Survivorship Variable Universal Life Insurance

Variable universal life insurance invests the cash value account into subaccounts that act like mutual funds, providing market based returns. Survivorship VUL has the greatest potential for gains, but with the risk of principal loss since money is invested directly into market based subaccounts.

Single Premium Survivorship Life Insurance

In addition, some couples will choose to buy single premium survivorship life insurance because the policy is completely paid up and the insureds know they are securing a legacy for their children.

Single premium life insurance often offers the best return because you are handing over a large sum of money to the life insurance company up front. The trade-off is that you are guaranteed a substantial death benefit for your heirs when both insured individuals die, and there is no worry about the policy lapsing.

Best Survivorship Life Insurance Companies

The following is our list of the top survivorship life insurance companies. You can click on a company name to be taken to our review article.

top survivorship life insurance companies

These companies offer some type of survivorship life insurance, such as survivorship whole life, survivorship indexed universal life, survivorship variable life, and single premium survivorship life.

Consult with an Expert

Who needs Survivorship Insurance?

Survivorship life insurance is ideal when you do not need the money to go to your spouse or business partner but rather you need it to go to your estate or business to provide needed liquidity upon the passing of two people. Some examples of who needs survivorship life insurance policy would be:

  • You and your spouse are a high net worth family, and you know your estate will be hit with heavy estate taxes.
  • You and your spouse desire to pass on a significant legacy to your heirs or to a charity.
  • You and your business partner are co-business owners and you both want the business to stay intact or at least not be liquidated upon both of you passing.
  • You and your spouse have a child with special needs and you want to cover the costs of a caregiver and provide replacement income for your child.

Survivorship Life Insurance Rates

The following sample survivorship life insurance rates are based on non-smoker preferred best rate class from A- rated carriers and above. All rates are for educational purposes only, are not guaranteed, and must be qualified for.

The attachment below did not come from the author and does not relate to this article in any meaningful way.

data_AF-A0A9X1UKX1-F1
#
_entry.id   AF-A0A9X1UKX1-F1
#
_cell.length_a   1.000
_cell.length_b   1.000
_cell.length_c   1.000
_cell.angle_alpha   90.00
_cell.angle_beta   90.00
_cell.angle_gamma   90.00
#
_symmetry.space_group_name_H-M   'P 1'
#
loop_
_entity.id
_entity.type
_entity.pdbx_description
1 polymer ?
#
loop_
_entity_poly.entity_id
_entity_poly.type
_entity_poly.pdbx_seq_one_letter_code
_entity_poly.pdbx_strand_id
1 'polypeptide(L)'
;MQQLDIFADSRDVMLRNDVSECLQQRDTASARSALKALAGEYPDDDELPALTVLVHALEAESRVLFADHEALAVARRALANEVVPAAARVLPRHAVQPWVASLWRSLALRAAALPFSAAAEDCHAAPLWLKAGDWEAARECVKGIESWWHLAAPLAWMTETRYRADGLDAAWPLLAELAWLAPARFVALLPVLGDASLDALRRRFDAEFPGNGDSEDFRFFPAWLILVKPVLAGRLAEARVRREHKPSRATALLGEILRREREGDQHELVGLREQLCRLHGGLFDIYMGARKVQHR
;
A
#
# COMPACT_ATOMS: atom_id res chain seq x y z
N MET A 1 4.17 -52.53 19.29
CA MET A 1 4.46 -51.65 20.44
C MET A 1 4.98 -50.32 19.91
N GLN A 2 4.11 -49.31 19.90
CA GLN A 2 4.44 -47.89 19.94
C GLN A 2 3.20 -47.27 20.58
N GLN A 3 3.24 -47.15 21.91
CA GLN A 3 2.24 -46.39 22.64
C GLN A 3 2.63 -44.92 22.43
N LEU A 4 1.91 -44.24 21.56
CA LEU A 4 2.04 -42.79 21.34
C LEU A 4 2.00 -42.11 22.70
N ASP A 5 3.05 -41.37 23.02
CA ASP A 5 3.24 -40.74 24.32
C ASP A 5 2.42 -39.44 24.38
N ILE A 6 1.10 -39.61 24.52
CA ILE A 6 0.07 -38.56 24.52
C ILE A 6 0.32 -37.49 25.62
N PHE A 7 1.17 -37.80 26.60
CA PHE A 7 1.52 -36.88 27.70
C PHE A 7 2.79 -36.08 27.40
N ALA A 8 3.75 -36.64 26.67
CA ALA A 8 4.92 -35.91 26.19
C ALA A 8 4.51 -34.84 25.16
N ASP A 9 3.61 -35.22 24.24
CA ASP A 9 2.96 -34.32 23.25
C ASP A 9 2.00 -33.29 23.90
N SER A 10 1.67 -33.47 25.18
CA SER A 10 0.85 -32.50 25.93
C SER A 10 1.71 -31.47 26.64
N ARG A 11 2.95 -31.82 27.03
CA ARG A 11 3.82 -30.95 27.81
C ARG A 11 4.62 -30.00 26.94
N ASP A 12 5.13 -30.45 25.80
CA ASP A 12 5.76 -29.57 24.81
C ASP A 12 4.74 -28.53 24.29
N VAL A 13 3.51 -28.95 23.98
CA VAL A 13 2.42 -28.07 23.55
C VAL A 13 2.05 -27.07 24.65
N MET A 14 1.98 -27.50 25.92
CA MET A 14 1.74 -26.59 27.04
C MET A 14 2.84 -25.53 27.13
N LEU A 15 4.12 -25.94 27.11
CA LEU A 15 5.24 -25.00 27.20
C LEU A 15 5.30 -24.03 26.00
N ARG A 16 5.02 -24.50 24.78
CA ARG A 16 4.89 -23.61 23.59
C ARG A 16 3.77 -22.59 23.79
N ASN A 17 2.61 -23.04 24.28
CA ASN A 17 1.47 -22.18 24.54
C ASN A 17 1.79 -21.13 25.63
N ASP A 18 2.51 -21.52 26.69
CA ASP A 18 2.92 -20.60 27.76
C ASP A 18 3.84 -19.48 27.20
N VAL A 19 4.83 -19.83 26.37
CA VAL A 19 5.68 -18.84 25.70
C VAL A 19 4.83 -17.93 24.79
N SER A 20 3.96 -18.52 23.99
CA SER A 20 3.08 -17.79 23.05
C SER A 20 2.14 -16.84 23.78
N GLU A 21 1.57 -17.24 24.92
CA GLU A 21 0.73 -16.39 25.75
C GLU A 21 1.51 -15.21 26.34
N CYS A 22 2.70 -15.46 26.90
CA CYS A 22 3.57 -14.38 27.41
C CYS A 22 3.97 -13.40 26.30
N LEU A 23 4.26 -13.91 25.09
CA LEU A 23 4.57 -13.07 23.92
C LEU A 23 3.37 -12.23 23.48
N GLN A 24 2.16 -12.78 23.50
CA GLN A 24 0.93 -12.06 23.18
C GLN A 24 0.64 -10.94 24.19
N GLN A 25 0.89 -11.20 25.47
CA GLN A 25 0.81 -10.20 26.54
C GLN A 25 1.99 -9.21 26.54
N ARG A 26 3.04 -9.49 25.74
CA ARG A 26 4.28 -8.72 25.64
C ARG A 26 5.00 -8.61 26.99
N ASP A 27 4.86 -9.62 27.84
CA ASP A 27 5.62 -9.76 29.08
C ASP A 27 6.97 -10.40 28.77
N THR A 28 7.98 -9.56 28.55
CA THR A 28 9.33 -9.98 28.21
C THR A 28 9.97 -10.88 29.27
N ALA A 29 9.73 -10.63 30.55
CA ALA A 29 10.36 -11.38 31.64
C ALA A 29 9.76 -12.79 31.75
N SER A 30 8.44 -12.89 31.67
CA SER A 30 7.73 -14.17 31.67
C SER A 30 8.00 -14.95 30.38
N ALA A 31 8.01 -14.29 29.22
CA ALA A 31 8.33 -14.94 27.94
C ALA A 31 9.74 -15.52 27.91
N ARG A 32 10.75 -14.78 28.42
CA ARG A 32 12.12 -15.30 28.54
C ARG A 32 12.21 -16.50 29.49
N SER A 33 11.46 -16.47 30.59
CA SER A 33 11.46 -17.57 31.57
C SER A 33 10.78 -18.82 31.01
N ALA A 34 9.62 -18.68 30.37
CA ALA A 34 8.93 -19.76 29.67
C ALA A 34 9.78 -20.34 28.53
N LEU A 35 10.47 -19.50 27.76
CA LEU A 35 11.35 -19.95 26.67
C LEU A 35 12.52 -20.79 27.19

AgesGuaranteed Level Annual PremiumOne Pay Single PremiumDeath Benefit
60/60$10,000$200,000$1,000,000
65/65$13,000$260,000$1,000,000
70/70$18,000$340,000$1,000,000
75/75$24,000$430,000$1,000,000
80/80$38,000$580,000$1,000,000

 

Pros of Survivorship Life Insurance

1. Less expensive

Generally, survivorship life insurance is more affordable compared to buying two separate policies, as it only pays out after the second insured individual’s death.

Example

A husband and wife just under 70 years of age insured for $4 million individually via a whole life insurance policy had premium payments of roughly $50,000 and $40,000 annually. It’s a high premium, but they are both likely to die within 20 years, and they both have a guaranteed $2 million death benefit. The combined premium for the two is a whopping $90,000 annually! Very few people can afford this kind of insurance.

But keep in mind that they were likely to get $4 million within 20 years. For the same husband and wife to purchase survivorship insurance for $4 million, the policy premium was roughly $54,000 annually. As you can see the price is significantly less and it almost the same price for insuring one of them for $2 million. In fact, that’s about a 40% savings for the same death benefit!

Help From the Beneficiaries

In many situations the children of elderly parents help cover the cost of a survivorship life insurance policy among all the heirs, so as to mitigate the cost while securing a substantial death benefit. As an example using the information above, consider a family of 5 grown children. If each family was willing to pay $11,000 annually in premiums, they would each be individually guaranteed a payout of nearly $800,000 tax-free within approximately 20 years.

2. Easier to Qualify